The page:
Waste management is today one of the greatest headaches for burgeoning metropolitan areas. An economy and lifestyle that requires excessive material turnover and wastage has led to mountains of waste which is a potential threat to the environment. Where recycling is not practised, landfill is used. What are the techniques and problems related to dumping millions of tonnes of mixed waste into the ground?
Burying waste has been practised for millenia. The modern method involves a lined (plastic or clay) pit, where solid waste is compacted and eventually covered by earth.
Landfill pit and lining
When organic material decomposes, it can create two problems: leachate and methane gas. Leachate is a iquid which accumulates at the bottom of the landfill, and can be siphoned out for special treatment and separate disposal.
Landfill gas is mostly methane, and rises through the waste mound, or may enter escape paths in the ground system around the landfill site. In badly managed landfill sites this has led to explosions. Landfill gas can be allowed to escape into the air at non-dangerous concentrations, or, ideally, captured and used as a fuel.
Landfill mining, a sector of the more general "urban mining", refers to the practice of excavating waste deposits for materials which may be recycled.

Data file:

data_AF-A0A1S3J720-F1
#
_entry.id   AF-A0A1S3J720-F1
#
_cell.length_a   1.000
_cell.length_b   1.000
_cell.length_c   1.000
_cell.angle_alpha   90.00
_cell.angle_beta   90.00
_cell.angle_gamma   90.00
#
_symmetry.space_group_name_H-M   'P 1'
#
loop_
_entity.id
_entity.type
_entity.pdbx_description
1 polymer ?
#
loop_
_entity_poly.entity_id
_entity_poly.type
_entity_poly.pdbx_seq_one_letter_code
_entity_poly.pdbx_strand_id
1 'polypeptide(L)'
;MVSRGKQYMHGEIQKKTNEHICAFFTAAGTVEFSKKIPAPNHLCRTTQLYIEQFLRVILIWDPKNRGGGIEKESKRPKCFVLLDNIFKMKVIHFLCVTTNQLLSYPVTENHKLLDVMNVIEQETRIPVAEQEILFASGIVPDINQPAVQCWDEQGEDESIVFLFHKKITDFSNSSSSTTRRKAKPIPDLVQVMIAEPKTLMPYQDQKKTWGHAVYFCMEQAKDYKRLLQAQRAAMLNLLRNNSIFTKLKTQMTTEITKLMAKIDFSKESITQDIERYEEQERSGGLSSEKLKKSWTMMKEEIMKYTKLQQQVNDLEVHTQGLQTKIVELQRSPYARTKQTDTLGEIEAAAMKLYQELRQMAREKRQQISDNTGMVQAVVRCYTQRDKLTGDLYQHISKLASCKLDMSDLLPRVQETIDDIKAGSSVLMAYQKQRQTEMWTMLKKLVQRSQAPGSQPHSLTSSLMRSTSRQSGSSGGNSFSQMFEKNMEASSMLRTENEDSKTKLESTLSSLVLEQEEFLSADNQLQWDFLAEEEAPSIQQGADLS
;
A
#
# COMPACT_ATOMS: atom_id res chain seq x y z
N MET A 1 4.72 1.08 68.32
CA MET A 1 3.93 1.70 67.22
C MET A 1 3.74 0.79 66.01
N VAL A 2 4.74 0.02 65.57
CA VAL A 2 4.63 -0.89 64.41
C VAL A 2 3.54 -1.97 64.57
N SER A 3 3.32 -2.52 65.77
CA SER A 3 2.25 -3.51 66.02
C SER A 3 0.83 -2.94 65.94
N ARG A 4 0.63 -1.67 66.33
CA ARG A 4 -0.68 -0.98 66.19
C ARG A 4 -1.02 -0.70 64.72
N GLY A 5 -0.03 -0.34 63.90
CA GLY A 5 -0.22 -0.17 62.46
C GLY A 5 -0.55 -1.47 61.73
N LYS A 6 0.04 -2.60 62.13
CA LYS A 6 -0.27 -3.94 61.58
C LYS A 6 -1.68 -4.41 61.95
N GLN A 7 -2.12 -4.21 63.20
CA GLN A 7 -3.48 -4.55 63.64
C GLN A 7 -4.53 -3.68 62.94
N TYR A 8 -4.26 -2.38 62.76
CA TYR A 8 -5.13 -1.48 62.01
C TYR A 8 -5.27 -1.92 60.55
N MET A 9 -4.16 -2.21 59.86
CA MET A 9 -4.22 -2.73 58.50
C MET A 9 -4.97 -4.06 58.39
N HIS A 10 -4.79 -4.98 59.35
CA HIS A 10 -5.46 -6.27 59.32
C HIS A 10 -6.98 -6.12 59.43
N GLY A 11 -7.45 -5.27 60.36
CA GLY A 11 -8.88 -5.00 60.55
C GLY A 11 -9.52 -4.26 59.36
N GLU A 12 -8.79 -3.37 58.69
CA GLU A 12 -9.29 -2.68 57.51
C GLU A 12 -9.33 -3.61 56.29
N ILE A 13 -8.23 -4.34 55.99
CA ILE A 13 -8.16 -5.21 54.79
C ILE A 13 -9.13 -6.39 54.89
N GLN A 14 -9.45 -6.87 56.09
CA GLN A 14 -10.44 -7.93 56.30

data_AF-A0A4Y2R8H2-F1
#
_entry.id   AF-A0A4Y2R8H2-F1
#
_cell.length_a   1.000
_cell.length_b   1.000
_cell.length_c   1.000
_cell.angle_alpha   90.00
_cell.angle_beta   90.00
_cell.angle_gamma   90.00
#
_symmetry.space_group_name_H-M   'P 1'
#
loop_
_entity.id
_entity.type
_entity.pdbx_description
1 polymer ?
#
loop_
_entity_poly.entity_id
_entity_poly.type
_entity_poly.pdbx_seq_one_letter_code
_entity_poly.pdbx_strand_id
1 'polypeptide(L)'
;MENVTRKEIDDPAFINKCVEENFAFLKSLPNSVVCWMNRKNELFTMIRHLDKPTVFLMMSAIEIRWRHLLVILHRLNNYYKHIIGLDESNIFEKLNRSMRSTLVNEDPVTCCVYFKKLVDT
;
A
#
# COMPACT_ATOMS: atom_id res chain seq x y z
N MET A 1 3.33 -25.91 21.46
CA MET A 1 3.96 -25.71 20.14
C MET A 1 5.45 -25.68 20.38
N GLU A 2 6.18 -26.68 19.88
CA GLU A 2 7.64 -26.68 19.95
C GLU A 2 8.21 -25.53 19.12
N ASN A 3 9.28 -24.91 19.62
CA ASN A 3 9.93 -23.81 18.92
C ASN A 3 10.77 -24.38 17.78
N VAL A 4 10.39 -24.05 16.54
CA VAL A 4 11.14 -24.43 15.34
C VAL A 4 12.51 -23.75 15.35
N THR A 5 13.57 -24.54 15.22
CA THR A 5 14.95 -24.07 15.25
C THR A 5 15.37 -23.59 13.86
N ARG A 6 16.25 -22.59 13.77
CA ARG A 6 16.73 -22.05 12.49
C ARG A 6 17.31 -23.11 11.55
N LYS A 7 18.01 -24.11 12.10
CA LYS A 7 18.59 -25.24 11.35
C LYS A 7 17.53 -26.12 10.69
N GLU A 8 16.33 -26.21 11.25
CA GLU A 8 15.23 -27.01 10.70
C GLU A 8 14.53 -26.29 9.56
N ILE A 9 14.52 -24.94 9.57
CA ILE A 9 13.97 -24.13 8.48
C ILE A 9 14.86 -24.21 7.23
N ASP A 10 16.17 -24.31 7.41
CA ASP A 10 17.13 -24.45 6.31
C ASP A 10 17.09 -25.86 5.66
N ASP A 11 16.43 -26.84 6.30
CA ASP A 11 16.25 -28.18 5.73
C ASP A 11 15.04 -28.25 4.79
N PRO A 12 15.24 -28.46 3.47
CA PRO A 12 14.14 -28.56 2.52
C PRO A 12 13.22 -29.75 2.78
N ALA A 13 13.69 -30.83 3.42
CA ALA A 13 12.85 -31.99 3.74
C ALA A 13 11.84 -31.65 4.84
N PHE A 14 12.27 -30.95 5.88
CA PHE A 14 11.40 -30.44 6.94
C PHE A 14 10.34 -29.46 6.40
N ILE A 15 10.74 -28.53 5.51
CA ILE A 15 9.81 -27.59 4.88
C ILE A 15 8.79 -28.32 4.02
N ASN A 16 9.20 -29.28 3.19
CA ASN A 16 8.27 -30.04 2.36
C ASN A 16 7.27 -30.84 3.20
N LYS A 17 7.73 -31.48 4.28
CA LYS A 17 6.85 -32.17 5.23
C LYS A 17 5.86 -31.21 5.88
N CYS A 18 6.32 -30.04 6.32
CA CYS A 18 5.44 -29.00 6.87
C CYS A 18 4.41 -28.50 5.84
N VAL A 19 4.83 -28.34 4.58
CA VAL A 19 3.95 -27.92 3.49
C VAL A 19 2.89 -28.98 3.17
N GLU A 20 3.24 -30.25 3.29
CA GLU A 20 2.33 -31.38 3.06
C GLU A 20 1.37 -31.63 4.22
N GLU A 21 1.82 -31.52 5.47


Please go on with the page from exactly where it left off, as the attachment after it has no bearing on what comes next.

Urban mining, or landfill mining, is a field which is dependent on the economic value of materials. It has traditionally been cheaper to import raw material from mines than to recover it from waste in a landfill. The first time a waste landfill was excavated in Europe was in 1990 (Spitzau Landfill, Vienna). Germany conducted a pilot demonstration project at Burghof/Horrheim Deponie, in 1993-4. Since then, several thousand tonnes of waste have been excavated from German landfills. The main reason has been for environmental safety reasons, such as water table protection, or for reassignment of land use. In only 13% of the cases, was the operation specifically to recover materials for recycling.1
From an environmental perspective, it would seem logical to reutilise materials as much as possible, preserving the environment from the impacts of mining, and the depletion of resources. Examples of recovery of
heavy metals from hazardous waste landfills are: nickel and vanadium from heavy oil, selenium from mercury-selenium slurry, tellurium from concentrates from non-ferrous industries, and copper from PCB-containing transformers. Copper is less present in landfills than other metals, such as iron, but has a much higher market value. Overall, copper provides twice the revenue as iron in landfill mining operations.
1 MOCKER et al. 2009